The only place to stay on Coiba Island is a ranger station where they do wildlife research and it can take two or three hours to get to the mainland. So by the afternoon when our skiffs have beached on little Granitos de Oro, there's not another boat in sight. We pop on snorkeling gear and see more of the fish we've been seeing-angelfish, parrot fish, hawkfish-as well as a sea turtle and a moray eel poking his head out. In the evening I sip some good rum from our deck and look at the islet glowing in the sunset, its beaches empty again and not another soul in sight.
We spend another day on deserted beaches of Panama, taking out the kayaks and paddleboards to go exploring along the shore. Another day of exertion matched with good food and drink back on the ship.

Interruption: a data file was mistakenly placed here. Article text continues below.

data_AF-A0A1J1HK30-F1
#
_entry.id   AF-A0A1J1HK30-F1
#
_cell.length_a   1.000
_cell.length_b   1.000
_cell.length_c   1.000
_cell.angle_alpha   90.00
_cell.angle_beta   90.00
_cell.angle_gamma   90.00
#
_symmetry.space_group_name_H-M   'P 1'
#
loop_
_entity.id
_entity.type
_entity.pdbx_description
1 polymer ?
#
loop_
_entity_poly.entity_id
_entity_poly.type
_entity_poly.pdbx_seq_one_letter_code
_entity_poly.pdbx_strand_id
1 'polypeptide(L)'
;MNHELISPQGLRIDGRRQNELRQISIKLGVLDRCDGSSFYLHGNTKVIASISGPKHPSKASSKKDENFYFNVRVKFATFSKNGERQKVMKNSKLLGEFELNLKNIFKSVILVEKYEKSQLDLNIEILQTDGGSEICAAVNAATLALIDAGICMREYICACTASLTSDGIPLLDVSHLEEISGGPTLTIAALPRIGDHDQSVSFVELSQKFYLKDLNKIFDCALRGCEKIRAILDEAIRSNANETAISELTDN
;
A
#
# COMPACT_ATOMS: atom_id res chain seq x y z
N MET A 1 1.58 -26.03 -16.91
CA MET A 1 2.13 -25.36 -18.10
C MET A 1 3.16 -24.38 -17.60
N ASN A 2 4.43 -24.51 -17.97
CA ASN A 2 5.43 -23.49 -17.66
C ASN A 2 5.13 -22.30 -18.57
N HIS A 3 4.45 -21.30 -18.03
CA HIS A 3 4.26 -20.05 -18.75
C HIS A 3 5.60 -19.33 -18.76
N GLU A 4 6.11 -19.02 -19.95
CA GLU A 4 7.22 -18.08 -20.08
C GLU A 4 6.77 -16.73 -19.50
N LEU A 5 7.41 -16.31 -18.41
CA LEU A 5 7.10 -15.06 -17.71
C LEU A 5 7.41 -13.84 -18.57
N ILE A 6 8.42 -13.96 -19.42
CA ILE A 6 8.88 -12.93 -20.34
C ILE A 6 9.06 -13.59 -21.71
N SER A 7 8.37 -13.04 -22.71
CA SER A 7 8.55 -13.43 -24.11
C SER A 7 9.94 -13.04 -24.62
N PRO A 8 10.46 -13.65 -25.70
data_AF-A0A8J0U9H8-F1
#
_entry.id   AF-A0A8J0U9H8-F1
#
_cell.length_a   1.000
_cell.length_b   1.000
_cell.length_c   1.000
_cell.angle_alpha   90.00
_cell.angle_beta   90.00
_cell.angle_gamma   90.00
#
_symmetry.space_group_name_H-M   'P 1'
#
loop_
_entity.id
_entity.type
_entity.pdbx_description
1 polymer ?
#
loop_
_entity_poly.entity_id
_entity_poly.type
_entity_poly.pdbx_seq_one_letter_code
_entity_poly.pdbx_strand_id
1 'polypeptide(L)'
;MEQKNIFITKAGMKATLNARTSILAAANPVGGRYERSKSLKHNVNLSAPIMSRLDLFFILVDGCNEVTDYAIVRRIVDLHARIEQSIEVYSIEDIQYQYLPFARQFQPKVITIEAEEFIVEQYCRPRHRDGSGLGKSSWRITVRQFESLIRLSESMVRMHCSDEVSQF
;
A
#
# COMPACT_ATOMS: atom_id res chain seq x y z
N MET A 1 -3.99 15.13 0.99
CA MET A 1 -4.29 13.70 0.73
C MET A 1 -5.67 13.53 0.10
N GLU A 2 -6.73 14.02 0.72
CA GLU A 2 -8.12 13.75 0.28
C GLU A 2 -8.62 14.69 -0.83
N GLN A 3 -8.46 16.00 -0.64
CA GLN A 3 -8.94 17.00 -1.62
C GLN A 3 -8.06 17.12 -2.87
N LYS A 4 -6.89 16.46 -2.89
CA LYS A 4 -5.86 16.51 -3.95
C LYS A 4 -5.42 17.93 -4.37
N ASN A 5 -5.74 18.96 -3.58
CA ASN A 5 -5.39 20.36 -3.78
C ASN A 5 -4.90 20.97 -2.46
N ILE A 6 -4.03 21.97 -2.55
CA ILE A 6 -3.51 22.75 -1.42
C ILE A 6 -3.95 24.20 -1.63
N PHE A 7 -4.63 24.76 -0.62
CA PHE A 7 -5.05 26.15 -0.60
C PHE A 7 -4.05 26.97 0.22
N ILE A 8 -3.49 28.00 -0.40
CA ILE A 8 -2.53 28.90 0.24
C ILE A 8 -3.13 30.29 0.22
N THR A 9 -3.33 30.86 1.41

After a night of the moving ship gently rocking us to sleep, we end up in Costa Rican waters, gliding into the Gulfo Dulce. This deep body of water is surrounded by a patchwork of wildlife reserves, from the huge Corcovado National Park and Piedres Blancas National Park to dozens of adjoining parcels that let the big mammals that need lots of territory run free. All five of Central America's wild cats live here, including jaguars and pumas. There are patches of human settlement along the coasts and some great eco-lodges, but humans are a tiny minority in this region of thick vegetation and old-world rainforests.